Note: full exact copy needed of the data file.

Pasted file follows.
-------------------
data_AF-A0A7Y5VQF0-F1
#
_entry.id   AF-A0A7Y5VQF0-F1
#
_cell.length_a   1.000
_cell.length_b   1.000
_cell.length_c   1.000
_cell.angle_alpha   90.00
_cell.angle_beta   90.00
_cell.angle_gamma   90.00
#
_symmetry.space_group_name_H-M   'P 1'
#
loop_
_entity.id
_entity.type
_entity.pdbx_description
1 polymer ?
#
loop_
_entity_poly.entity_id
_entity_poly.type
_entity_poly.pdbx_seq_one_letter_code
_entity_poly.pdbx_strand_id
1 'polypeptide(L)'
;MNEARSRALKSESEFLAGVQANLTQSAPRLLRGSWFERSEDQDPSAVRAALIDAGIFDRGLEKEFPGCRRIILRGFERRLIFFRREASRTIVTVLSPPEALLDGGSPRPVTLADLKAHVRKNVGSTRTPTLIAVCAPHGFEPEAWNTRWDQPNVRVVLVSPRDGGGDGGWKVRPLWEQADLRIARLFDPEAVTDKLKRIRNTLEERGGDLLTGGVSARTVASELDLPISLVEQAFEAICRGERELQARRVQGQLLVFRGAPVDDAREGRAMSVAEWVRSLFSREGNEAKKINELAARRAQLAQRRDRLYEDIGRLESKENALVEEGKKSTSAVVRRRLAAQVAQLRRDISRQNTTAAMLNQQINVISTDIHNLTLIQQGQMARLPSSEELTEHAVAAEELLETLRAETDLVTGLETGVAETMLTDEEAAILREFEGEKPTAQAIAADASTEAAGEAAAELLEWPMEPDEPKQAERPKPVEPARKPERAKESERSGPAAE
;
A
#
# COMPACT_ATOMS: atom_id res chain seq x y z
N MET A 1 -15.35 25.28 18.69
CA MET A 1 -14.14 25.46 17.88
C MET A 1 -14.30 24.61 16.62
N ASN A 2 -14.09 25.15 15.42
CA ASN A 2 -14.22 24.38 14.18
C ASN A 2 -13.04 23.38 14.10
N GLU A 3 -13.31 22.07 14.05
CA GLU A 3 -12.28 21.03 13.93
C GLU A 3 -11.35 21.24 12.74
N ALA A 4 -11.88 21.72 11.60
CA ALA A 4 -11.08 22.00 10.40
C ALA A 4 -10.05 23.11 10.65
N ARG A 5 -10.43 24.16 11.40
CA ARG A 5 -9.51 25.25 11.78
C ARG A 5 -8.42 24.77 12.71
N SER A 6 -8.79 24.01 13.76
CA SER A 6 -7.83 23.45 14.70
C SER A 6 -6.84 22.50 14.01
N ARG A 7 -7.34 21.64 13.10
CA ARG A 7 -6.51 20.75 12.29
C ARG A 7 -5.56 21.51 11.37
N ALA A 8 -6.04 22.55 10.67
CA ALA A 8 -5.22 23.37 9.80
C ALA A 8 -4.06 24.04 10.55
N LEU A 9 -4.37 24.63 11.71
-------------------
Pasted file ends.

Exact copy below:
data_AF-A0A7Y5VQF0-F1
#
_entry.id   AF-A0A7Y5VQF0-F1
#
_cell.length_a   1.000
_cell.length_b   1.000
_cell.length_c   1.000
_cell.angle_alpha   90.00
_cell.angle_beta   90.00
_cell.angle_gamma   90.00
#
_symmetry.space_group_name_H-M   'P 1'
#
loop_
_entity.id
_entity.type
_entity.pdbx_description
1 polymer ?
#
loop_
_entity_poly.entity_id
_entity_poly.type
_entity_poly.pdbx_seq_one_letter_code
_entity_poly.pdbx_strand_id
1 'polypeptide(L)'
;MNEARSRALKSESEFLAGVQANLTQSAPRLLRGSWFERSEDQDPSAVRAALIDAGIFDRGLEKEFPGCRRIILRGFERRLIFFRREASRTIVTVLSPPEALLDGGSPRPVTLADLKAHVRKNVGSTRTPTLIAVCAPHGFEPEAWNTRWDQPNVRVVLVSPRDGGGDGGWKVRPLWEQADLRIARLFDPEAVTDKLKRIRNTLEERGGDLLTGGVSARTVASELDLPISLVEQAFEAICRGERELQARRVQGQLLVFRGAPVDDAREGRAMSVAEWVRSLFSREGNEAKKINELAARRAQLAQRRDRLYEDIGRLESKENALVEEGKKSTSAVVRRRLAAQVAQLRRDISRQNTTAAMLNQQINVISTDIHNLTLIQQGQMARLPSSEELTEHAVAAEELLETLRAETDLVTGLETGVAETMLTDEEAAILREFEGEKPTAQAIAADASTEAAGEAAAELLEWPMEPDEPKQAERPKPVEPARKPERAKESERSGPAAE
;
A
#
# COMPACT_ATOMS: atom_id res chain seq x y z
N MET A 1 -15.35 25.28 18.69
CA MET A 1 -14.14 25.46 17.88
C MET A 1 -14.30 24.61 16.62
N ASN A 2 -14.09 25.15 15.42
CA ASN A 2 -14.22 24.38 14.18
C ASN A 2 -13.04 23.38 14.10
N GLU A 3 -13.31 22.07 14.05
CA GLU A 3 -12.28 21.03 13.93
C GLU A 3 -11.35 21.24 12.74
N ALA A 4 -11.88 21.72 11.60
CA ALA A 4 -11.08 22.00 10.40
C ALA A 4 -10.05 23.11 10.65
N ARG A 5 -10.43 24.16 11.40
CA ARG A 5 -9.51 25.25 11.78
C ARG A 5 -8.42 24.77 12.71
N SER A 6 -8.79 24.01 13.76
CA SER A 6 -7.83 23.45 14.70
C SER A 6 -6.84 22.50 14.01
N ARG A 7 -7.34 21.64 13.10
CA ARG A 7 -6.51 20.75 12.29
C ARG A 7 -5.56 21.51 11.37
N ALA A 8 -6.04 22.55 10.67
CA ALA A 8 -5.22 23.37 9.80
C ALA A 8 -4.06 24.04 10.55
N LEU A 9 -4.37 24.63 11.71